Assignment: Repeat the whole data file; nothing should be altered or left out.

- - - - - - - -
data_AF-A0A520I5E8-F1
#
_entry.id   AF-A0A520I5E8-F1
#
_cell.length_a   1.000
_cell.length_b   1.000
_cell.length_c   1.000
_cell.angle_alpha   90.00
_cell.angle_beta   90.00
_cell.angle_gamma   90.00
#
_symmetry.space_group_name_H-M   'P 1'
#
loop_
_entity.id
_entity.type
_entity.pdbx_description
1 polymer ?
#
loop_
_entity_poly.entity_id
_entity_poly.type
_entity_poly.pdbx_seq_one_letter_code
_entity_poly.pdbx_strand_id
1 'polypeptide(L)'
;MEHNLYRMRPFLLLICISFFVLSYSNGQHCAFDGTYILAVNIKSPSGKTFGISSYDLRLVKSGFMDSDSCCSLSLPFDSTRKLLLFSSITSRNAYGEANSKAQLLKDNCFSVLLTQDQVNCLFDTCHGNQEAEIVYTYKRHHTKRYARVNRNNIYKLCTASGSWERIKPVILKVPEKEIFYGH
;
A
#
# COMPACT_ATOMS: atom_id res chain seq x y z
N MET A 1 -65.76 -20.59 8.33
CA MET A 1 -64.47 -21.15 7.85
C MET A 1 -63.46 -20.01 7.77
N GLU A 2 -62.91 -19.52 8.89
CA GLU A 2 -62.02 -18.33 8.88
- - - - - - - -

data_AF-A0A520I5E8-F1
#
_entry.id   AF-A0A520I5E8-F1
#
_cell.length_a   1.000
_cell.length_b   1.000
_cell.length_c   1.000
_cell.angle_alpha   90.00
_cell.angle_beta   90.00
_cell.angle_gamma   90.00
#
_symmetry.space_group_name_H-M   'P 1'
#
loop_
_entity.id
_entity.type
_entity.pdbx_description
1 polymer ?
#
loop_
_entity_poly.entity_id
_entity_poly.type
_entity_poly.pdbx_seq_one_letter_code
_entity_poly.pdbx_strand_id
1 'polypeptide(L)'
;MEHNLYRMRPFLLLICISFFVLSYSNGQHCAFDGTYILAVNIKSPSGKTFGISSYDLRLVKSGFMDSDSCCSLSLPFDSTRKLLLFSSITSRNAYGEANSKAQLLKDNCFSVLLTQDQVNCLFDTCHGNQEAEIVYTYKRHHTKRYARVNRNNIYKLCTASGSWERIKPVILKVPEKEIFYGH
;
A
#
# COMPACT_ATOMS: atom_id res chain seq x y z
N MET A 1 -65.76 -20.59 8.33
CA MET A 1 -64.47 -21.15 7.85
C MET A 1 -63.46 -20.01 7.77
N GLU A 2 -62.91 -19.52 8.89
CA GLU A 2 -62.02 -18.33 8.88